KUALA LUMPUR, Malaysia -- U.S. House Speaker Nancy Pelosi held talks with officials in Singapore on Monday at the start of her Asian tour, as questions swirled over a possible stop in Taiwan that has fueled tension with Beijing.
While there have been no official announcements, local media in Taiwan reported that Pelosi will arrive Tuesday night, becoming the highest-ranking elected U.S. official to visit in more than 25 years. The United Daily News, Liberty Times and China Times — Taiwan's three largest national newspapers — cited unidentified sources as saying she would arrive in Taipei after visiting Malaysia and spend the night.
Such a visit will spark fury in Beijing, which regards Taiwan as its own territory and has repeatedly warned of “serious consequences" if the reported trip goes ahead.
“If Pelosi insists on visiting Taiwan, China will take resolute and strong measures to defend its sovereignty and territorial integrity,” Chinese Foreign Ministry spokesperson Zhao Lijian said in Beijing, without giving details.
“Those who play with fire will perish by it,” Zhao said. “We would like to once again admonish the U.S. that we are fully prepared for any eventuality and the PLA will never sit idly by.” The People's Liberation Army is China's military.
Chinese President Xi Jinping also warned the U.S. against meddling in Beijing’s dealings with the island in a phone call last week with President Joe Biden.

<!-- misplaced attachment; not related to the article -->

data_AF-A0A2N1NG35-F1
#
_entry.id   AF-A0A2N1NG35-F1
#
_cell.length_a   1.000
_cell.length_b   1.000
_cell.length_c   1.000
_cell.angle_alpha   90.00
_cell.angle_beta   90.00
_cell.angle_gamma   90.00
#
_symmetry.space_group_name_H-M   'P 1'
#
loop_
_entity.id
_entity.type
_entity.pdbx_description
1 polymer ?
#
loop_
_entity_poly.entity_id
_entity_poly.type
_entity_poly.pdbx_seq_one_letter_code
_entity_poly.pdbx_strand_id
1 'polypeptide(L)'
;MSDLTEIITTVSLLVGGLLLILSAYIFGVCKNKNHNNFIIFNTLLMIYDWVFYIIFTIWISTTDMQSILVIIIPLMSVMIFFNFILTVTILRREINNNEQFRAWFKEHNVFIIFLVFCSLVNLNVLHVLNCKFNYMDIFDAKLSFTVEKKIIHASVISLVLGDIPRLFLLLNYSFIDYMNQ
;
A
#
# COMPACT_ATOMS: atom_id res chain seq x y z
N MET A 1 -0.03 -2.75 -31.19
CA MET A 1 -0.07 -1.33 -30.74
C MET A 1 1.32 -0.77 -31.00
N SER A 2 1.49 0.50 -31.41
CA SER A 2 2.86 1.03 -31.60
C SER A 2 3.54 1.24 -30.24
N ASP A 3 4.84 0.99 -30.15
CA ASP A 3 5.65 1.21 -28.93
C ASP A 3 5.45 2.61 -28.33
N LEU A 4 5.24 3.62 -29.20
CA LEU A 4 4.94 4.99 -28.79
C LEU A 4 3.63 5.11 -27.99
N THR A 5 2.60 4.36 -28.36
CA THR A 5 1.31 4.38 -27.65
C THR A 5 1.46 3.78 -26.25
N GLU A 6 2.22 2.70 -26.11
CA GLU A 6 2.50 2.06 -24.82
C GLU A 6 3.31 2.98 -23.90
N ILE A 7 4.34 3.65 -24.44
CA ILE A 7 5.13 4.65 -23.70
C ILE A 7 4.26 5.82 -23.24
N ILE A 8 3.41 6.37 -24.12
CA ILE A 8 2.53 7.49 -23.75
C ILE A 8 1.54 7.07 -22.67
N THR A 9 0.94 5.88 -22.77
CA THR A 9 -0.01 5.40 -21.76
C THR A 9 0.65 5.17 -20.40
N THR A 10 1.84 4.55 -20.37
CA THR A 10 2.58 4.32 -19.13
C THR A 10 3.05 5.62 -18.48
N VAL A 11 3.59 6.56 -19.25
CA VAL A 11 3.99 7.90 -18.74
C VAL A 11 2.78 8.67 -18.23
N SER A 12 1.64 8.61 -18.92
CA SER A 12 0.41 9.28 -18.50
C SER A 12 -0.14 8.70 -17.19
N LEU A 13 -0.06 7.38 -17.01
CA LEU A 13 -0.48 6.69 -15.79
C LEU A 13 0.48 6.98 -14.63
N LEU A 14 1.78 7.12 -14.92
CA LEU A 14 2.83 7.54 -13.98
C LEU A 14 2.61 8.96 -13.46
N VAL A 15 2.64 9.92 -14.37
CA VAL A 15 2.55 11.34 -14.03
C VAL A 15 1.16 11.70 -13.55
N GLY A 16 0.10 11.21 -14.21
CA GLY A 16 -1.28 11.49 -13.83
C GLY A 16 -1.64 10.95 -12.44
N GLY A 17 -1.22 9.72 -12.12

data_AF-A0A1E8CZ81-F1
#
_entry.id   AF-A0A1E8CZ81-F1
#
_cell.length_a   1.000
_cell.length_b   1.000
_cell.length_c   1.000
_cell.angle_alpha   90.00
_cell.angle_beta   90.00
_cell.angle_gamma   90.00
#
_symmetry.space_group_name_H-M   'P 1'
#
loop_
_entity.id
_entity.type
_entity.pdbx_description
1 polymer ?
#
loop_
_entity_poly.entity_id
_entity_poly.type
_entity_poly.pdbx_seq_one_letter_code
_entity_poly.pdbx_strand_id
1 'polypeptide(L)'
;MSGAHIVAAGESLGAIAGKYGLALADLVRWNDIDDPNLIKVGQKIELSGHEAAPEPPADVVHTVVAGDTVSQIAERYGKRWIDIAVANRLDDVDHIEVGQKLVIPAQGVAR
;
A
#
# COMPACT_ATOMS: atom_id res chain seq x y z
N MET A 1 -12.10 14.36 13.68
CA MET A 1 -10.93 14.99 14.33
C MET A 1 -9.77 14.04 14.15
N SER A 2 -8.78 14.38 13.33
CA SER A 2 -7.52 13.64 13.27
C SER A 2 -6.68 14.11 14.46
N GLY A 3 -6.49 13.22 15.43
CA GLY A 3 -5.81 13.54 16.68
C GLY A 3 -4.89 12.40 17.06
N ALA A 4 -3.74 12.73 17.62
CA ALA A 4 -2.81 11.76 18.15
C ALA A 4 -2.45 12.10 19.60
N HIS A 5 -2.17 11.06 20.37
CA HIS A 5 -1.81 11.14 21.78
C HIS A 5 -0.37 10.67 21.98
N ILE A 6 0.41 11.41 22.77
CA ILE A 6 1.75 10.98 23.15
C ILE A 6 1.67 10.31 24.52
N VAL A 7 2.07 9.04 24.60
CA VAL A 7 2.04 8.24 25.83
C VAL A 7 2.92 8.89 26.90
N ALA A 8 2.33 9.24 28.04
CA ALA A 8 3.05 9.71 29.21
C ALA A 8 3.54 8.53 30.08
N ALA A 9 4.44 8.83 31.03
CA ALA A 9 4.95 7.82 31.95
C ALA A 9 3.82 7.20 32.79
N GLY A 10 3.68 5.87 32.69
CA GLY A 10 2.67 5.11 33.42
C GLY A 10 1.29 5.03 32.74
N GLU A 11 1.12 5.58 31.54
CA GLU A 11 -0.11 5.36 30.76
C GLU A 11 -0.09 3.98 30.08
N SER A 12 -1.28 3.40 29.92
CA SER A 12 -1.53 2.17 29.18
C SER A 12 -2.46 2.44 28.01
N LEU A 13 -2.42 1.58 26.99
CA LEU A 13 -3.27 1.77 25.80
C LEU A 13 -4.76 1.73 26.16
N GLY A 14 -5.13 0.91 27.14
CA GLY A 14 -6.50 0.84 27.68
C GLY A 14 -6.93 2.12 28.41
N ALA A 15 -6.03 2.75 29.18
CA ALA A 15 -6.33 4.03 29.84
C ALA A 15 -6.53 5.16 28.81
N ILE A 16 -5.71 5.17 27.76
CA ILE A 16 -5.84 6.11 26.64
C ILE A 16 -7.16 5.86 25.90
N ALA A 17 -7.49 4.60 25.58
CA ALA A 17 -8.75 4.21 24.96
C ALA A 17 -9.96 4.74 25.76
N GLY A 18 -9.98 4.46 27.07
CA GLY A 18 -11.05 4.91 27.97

China has been steadily ratcheting up diplomatic and military pressure on Taiwan. Threats of retaliation for a visit by Pelosi have driven concerns of a new crisis in the Taiwan Strait, which separates the two sides, that could roil global markets and supply chains.
Beijing sees official American contact with Taiwan as encouragement to make the island's decades-old de facto independence permanent, a step U.S. leaders say they don’t support. Pelosi, head of one of three branches of the U.S. government, would be the highest-ranking elected American official to visit Taiwan since then-Speaker Newt Gingrich in 1997.
The Biden administration has tried to assure Beijing there was no reason to “come to blows” and that if such a visit occurred, it would signal no change in U.S. policy.
Taiwan and China split in 1949 after the Communists won a civil war on the mainland. Both sides say they are one country but disagree over which government is entitled to national leadership. They have no official relations but are linked by billions of dollars of trade and investment.
The United States switched diplomatic recognition from Taipei to Beijing in 1979, but maintains informal relations with the island. Washington is obligated by the Taiwan Relations Act, a federal law, to see that Taiwan has the means to defend itself.
Washington’s “One China policy” says it takes no position on the status of the two sides but wants their dispute resolved peacefully. Beijing promotes an alternative “One China principle” that says they are one country and the Communist Party is its leader.